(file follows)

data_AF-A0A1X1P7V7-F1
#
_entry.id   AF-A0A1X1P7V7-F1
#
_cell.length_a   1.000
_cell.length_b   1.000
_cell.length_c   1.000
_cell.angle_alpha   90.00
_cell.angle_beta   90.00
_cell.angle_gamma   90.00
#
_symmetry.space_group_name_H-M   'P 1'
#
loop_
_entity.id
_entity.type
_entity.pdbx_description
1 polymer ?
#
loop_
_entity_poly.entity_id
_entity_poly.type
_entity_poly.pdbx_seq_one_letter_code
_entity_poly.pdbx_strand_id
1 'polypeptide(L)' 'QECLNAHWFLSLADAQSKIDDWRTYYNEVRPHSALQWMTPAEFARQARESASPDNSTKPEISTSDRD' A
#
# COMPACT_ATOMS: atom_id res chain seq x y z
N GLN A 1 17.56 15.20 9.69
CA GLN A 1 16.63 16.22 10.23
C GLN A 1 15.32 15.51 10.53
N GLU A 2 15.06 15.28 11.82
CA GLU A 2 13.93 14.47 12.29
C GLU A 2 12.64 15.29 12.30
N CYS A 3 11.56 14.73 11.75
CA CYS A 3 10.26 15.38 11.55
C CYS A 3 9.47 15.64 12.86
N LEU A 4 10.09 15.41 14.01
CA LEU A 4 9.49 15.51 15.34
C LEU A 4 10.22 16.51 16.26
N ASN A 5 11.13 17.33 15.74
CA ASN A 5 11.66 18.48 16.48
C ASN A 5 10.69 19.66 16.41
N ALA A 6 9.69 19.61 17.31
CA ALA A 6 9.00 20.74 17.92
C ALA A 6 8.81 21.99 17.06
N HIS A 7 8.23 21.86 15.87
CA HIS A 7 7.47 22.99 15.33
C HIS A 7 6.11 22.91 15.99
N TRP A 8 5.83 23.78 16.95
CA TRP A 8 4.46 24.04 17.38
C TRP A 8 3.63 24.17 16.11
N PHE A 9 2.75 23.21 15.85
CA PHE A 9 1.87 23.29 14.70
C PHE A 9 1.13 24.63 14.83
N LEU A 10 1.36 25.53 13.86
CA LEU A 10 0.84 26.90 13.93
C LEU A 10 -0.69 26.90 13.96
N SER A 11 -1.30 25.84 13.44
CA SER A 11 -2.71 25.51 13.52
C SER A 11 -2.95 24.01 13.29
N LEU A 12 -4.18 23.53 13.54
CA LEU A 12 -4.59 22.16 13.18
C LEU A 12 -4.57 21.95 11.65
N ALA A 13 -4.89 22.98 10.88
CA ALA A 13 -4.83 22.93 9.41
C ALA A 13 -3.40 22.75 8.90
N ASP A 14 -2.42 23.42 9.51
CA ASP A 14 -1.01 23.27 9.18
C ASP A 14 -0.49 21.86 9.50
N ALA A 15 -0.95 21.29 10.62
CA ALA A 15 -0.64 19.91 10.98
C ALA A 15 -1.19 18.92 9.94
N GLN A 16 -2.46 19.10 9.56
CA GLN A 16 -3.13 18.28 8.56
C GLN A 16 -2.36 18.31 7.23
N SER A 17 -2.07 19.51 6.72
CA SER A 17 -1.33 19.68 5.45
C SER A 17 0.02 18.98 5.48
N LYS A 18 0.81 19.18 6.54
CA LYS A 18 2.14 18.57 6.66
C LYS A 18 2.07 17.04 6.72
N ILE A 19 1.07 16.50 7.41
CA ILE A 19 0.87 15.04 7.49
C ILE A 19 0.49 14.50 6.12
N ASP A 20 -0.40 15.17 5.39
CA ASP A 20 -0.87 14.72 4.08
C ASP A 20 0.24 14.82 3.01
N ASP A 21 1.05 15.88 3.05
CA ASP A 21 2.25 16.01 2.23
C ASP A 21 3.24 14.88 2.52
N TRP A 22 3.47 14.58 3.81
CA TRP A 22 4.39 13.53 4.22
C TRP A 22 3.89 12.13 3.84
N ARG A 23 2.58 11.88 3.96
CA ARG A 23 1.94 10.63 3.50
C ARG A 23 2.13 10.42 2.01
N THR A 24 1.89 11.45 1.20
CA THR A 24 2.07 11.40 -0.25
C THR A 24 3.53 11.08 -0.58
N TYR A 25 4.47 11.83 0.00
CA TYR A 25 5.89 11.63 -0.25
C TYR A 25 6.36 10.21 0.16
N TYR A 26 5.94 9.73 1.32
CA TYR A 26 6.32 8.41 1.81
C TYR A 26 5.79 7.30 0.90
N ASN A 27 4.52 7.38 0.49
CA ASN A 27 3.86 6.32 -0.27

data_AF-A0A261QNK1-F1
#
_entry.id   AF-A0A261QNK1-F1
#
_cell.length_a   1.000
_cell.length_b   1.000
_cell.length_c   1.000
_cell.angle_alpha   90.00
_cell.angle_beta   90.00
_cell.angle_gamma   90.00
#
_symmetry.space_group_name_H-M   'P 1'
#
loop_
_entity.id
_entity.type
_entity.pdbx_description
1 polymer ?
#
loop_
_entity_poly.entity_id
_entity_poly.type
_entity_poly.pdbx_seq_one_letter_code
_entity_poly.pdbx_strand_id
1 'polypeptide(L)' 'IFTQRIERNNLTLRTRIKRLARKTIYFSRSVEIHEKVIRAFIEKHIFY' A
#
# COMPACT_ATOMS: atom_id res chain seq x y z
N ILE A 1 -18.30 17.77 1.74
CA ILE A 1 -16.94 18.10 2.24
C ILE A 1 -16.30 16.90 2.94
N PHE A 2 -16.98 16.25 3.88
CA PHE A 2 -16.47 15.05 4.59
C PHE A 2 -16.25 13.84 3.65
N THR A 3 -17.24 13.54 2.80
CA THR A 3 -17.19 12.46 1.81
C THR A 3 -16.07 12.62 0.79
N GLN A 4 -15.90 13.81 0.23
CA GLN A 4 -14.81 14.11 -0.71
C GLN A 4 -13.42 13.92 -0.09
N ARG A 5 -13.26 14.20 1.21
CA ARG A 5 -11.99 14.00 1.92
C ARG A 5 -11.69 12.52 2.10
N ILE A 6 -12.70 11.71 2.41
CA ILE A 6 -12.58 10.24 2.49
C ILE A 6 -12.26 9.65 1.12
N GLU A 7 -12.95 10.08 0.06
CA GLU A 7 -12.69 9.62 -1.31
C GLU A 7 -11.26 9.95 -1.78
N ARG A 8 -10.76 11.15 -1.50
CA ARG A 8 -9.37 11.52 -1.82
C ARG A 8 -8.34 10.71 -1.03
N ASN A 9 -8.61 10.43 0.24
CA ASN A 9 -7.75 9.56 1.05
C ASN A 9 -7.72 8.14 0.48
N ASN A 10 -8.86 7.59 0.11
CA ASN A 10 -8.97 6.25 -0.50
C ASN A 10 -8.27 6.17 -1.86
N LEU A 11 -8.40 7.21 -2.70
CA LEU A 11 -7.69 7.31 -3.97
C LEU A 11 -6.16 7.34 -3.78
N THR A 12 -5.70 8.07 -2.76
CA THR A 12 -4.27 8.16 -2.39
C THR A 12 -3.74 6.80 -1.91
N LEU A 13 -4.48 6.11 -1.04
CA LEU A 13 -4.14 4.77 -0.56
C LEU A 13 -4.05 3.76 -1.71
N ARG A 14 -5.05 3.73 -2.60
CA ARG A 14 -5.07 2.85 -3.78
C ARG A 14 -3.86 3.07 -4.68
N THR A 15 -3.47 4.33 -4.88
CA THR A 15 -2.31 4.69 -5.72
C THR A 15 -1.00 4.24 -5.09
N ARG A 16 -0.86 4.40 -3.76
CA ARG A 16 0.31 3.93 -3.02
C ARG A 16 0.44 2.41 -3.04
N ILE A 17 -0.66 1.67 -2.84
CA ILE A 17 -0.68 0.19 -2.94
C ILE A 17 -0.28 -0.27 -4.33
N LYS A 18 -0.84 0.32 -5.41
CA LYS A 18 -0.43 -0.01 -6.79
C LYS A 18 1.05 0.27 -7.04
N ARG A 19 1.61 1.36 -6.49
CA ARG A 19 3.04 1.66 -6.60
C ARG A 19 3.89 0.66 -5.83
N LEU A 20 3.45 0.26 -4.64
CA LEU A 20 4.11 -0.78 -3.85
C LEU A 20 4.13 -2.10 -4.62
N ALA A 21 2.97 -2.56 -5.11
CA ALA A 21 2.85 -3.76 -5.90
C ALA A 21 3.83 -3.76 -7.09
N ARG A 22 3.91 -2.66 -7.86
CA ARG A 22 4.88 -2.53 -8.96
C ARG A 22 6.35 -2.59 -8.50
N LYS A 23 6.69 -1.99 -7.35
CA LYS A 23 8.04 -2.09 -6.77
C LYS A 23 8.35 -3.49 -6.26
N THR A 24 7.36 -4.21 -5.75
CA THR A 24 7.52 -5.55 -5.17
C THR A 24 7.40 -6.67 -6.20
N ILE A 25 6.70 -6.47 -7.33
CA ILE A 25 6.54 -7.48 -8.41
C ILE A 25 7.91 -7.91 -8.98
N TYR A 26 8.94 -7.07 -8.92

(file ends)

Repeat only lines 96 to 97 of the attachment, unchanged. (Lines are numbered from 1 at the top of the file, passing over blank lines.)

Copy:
C ARG A 23 2.13 10.42 2.01
N THR A 24 1.89 11.45 1.20